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“I treat patients all along the renal disease continuum,” observes Paul Panebianco, DO, Virtua West Jersey section chief, nephrology. “My job is to keep them from progressing to where cardiovascular, endocrine and nervous system damage can occur – including a complete loss of kidney function.”
Dr. Panebianco says: “The best time to successfully slow disease progression is early in the process. We know that individuals with diabetes and hypertension are a cohort often affected with renal failure, so rigorous kidney disease monitoring is critical for this group.”
If kidney function is found to be compromised and intervention required, a team approach with a physician, nurse educator and dietitian helps patients effectively control their glucose levels, cholesterol levels and blood pressure with a combination of education and clinical care.
With chronic kidney disease, the battle to control a patient’s creatinine levels often fails. At the point where hemodialysis, peritoneal dialysis or transplantation becomes a reality, it is critical that “good care of kidney disease patients in the period before renal replacement therapy is implemented to reduce the substantial morbidity and mortality associated with ESRD (end-stage renal disease).”*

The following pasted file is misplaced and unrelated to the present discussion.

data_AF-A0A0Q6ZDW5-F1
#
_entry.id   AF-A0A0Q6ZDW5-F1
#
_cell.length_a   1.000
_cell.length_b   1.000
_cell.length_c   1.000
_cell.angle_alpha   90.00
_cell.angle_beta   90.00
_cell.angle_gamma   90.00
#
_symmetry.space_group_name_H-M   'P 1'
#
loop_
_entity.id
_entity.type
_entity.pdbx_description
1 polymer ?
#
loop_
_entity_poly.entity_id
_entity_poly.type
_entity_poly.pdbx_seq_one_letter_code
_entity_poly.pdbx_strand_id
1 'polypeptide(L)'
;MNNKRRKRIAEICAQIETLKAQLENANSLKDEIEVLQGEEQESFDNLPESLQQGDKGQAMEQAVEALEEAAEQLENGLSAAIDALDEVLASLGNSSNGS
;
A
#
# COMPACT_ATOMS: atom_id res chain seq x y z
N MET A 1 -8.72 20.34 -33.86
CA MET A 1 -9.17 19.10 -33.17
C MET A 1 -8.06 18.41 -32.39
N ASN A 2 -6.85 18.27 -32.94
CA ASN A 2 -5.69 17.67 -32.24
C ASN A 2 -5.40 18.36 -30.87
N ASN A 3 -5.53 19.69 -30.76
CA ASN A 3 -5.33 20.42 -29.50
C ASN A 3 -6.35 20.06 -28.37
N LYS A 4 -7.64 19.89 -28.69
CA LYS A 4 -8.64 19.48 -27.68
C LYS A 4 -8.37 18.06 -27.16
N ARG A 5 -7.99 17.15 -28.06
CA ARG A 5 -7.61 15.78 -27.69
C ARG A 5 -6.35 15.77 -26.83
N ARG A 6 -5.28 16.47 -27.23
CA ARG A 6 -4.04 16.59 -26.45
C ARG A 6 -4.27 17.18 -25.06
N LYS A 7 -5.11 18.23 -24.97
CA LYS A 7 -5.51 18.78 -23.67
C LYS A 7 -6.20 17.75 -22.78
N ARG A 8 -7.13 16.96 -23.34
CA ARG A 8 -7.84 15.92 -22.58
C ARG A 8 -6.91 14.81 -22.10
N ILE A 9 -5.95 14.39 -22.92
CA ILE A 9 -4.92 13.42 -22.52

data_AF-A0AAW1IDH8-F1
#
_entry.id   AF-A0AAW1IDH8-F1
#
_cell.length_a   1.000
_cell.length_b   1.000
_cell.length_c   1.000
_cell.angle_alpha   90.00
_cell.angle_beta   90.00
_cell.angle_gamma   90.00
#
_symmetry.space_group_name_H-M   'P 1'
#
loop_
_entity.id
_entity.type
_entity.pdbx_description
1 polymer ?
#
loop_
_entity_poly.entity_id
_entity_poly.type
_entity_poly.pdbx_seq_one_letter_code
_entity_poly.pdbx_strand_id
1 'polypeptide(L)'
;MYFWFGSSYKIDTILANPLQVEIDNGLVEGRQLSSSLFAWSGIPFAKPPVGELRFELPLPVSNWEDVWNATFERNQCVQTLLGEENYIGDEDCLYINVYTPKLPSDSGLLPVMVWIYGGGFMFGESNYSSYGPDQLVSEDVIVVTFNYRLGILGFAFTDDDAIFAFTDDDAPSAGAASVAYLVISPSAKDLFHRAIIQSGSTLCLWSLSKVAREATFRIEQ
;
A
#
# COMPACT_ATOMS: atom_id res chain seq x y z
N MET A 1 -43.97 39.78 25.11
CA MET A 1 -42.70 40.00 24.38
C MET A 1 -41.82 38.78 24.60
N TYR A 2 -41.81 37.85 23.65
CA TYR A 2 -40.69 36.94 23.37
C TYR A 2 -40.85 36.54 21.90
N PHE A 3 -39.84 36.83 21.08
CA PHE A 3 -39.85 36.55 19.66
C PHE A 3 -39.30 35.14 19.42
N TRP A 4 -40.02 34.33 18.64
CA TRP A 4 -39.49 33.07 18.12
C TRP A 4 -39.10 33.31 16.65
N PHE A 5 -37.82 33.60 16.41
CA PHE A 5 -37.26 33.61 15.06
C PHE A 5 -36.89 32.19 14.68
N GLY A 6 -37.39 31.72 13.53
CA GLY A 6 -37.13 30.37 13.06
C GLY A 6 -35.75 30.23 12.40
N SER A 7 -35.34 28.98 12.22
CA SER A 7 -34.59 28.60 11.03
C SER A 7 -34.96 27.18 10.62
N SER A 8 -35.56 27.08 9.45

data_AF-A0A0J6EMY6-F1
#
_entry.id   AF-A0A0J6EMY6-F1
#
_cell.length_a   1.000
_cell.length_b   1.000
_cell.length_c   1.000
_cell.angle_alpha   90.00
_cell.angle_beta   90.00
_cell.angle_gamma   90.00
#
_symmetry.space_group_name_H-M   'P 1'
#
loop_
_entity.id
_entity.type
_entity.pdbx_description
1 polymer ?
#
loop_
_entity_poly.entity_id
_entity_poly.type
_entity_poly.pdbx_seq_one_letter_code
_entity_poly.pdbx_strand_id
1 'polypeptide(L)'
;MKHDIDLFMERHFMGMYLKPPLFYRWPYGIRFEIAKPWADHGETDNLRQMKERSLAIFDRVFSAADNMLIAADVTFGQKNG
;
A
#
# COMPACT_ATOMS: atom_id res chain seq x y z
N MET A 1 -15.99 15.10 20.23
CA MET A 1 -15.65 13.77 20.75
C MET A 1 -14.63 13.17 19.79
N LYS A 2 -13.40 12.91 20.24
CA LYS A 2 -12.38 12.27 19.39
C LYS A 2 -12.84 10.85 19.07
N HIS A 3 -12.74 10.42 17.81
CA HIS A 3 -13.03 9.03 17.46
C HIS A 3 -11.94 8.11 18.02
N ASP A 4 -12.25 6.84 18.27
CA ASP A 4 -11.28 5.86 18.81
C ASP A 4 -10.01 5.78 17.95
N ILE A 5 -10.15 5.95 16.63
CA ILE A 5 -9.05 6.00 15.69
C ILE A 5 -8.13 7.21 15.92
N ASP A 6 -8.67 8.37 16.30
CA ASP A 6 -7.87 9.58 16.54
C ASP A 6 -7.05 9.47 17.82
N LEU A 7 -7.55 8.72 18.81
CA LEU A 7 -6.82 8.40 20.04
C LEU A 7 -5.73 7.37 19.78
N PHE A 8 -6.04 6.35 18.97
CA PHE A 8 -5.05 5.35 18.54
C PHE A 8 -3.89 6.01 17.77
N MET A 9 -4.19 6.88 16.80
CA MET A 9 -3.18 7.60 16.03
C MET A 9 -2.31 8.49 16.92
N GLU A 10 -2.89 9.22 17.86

This care includes stabilizing metabolic function, preserving any remaining kidney function and, if a patient is undergoing hemodialysis, creating an access, which often is an arteriovenous fistula or graft, well in advance of the actual start date of dialysis.
*NIDDK, “Healthy People 2010 Objectives: Chronic Kidney Disease Draft Chapter.